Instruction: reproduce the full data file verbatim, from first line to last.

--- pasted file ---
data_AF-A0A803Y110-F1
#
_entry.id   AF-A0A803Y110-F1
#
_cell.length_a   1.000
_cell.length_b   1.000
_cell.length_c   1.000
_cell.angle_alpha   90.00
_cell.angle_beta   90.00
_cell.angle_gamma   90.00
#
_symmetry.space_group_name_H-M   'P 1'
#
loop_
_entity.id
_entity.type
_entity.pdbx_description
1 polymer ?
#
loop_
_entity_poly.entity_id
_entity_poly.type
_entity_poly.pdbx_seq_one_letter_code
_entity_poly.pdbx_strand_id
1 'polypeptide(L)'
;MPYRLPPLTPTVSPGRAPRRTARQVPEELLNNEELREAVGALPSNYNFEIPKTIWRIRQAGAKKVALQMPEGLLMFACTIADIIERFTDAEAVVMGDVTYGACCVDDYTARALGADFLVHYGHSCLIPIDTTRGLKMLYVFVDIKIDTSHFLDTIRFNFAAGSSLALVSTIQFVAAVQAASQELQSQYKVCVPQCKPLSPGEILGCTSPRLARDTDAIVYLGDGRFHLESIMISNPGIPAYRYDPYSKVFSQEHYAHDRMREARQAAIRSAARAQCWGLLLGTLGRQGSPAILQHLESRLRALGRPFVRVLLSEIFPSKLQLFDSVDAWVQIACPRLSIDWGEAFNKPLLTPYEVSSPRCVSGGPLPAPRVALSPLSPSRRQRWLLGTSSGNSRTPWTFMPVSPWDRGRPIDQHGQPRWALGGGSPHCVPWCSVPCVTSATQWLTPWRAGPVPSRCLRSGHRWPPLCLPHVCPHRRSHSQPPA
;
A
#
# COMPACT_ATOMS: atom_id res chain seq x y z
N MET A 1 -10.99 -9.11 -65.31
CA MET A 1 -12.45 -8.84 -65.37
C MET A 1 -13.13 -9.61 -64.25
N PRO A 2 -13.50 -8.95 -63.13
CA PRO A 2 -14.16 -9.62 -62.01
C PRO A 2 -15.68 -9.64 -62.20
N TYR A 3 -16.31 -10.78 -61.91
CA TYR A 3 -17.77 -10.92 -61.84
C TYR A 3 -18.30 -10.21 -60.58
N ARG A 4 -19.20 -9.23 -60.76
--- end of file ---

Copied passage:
data_AF-A0A803Y110-F1
#
_entry.id   AF-A0A803Y110-F1
#
_cell.length_a   1.000
_cell.length_b   1.000
_cell.length_c   1.000
_cell.angle_alpha   90.00
_cell.angle_beta   90.00
_cell.angle_gamma   90.00
#
_symmetry.space_group_name_H-M   'P 1'
#
loop_
_entity.id
_entity.type
_entity.pdbx_description
1 polymer ?
#
loop_
_entity_poly.entity_id
_entity_poly.type
_entity_poly.pdbx_seq_one_letter_code
_entity_poly.pdbx_strand_id
1 'polypeptide(L)'
;MPYRLPPLTPTVSPGRAPRRTARQVPEELLNNEELREAVGALPSNYNFEIPKTIWRIRQAGAKKVALQMPEGLLMFACTIADIIERFTDAEAVVMGDVTYGACCVDDYTARALGADFLVHYGHSCLIPIDTTRGLKMLYVFVDIKIDTSHFLDTIRFNFAAGSSLALVSTIQFVAAVQAASQELQSQYKVCVPQCKPLSPGEILGCTSPRLARDTDAIVYLGDGRFHLESIMISNPGIPAYRYDPYSKVFSQEHYAHDRMREARQAAIRSAARAQCWGLLLGTLGRQGSPAILQHLESRLRALGRPFVRVLLSEIFPSKLQLFDSVDAWVQIACPRLSIDWGEAFNKPLLTPYEVSSPRCVSGGPLPAPRVALSPLSPSRRQRWLLGTSSGNSRTPWTFMPVSPWDRGRPIDQHGQPRWALGGGSPHCVPWCSVPCVTSATQWLTPWRAGPVPSRCLRSGHRWPPLCLPHVCPHRRSHSQPPA
;
A
#
# COMPACT_ATOMS: atom_id res chain seq x y z
N MET A 1 -10.99 -9.11 -65.31
CA MET A 1 -12.45 -8.84 -65.37
C MET A 1 -13.13 -9.61 -64.25
N PRO A 2 -13.50 -8.95 -63.13
CA PRO A 2 -14.16 -9.62 -62.01
C PRO A 2 -15.68 -9.64 -62.20
N TYR A 3 -16.31 -10.78 -61.91
CA TYR A 3 -17.77 -10.92 -61.84
C TYR A 3 -18.30 -10.21 -60.58
N ARG A 4 -19.20 -9.23 -60.76